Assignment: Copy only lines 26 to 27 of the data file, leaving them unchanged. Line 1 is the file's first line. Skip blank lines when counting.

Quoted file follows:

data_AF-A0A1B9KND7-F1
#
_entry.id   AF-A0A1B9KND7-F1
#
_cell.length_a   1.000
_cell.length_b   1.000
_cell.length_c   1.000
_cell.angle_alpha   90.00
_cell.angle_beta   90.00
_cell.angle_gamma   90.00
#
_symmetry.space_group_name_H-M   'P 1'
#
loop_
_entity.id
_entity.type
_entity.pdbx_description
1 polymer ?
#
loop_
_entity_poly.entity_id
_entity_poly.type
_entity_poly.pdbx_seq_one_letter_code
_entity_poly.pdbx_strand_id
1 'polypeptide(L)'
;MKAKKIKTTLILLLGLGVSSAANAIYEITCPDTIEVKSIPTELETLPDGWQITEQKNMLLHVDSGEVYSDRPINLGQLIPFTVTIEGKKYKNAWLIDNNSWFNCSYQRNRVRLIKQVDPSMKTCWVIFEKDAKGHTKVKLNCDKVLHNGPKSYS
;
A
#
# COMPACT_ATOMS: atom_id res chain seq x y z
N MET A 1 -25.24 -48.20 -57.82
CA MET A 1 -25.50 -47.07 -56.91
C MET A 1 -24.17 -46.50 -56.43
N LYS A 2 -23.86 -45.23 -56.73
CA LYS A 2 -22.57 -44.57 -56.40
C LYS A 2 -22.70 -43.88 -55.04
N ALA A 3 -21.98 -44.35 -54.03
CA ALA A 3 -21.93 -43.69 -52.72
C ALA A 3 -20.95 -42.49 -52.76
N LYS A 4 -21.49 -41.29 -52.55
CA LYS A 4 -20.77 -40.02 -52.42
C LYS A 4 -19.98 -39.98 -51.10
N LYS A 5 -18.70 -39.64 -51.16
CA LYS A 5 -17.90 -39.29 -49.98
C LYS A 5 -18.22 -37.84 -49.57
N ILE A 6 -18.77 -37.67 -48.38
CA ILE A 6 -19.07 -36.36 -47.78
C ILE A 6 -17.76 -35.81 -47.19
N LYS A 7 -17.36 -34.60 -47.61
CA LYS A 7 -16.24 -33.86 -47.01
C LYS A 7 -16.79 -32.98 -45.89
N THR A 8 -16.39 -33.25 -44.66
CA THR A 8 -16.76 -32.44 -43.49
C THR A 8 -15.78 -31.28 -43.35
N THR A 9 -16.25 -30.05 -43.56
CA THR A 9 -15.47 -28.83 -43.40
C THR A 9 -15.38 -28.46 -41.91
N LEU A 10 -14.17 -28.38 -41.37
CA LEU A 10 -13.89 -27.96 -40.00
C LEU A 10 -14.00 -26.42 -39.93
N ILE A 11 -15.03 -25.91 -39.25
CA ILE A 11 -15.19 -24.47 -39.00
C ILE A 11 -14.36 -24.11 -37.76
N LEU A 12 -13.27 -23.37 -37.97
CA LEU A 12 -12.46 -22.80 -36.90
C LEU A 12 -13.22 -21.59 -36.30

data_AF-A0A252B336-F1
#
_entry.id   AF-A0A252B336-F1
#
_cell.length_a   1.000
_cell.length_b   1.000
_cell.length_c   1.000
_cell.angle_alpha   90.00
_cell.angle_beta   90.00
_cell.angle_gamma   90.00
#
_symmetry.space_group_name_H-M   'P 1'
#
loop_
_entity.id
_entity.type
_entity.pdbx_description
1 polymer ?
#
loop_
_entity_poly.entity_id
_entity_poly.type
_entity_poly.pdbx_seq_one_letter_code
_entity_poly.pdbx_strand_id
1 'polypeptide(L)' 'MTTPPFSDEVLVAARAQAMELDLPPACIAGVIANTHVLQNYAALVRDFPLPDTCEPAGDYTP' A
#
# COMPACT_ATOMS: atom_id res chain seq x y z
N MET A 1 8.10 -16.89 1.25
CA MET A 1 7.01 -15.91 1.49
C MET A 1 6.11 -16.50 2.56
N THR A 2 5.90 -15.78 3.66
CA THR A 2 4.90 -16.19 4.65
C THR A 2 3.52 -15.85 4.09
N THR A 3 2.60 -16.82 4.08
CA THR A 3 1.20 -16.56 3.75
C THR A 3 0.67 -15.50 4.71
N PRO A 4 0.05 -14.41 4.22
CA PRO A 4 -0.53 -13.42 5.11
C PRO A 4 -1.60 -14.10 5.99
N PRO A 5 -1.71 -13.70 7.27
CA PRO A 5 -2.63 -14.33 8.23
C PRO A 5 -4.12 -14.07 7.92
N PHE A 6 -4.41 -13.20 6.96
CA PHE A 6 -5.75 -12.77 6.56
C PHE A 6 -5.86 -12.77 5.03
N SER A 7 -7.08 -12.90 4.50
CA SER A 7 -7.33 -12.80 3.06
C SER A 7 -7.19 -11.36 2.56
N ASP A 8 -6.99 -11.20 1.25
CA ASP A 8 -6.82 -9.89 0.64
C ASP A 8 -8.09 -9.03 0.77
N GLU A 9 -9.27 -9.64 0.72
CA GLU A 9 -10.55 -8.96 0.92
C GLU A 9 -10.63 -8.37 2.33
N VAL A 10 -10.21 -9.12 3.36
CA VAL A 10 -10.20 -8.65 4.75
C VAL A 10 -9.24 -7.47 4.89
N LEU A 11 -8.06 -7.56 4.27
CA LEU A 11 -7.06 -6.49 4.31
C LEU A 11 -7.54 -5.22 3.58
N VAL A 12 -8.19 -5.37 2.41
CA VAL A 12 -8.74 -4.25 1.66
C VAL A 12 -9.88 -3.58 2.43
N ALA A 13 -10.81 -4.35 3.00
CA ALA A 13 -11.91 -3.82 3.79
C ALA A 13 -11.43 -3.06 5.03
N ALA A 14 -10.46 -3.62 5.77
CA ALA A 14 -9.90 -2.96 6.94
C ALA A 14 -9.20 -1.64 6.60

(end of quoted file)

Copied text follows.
;MKAKKIKTTLILLLGLGVSSAANAIYEITCPDTIEVKSIPTELETLPDGWQITEQKNMLLHVDSGEVYSDRPINLGQLIPFTVTIEGKKYKNAWLIDNNSWFNCSYQRNRVRLIKQVDPSMKTCWVIFEKDAKGHTKVKLNCDKVLHNGPKSYS
;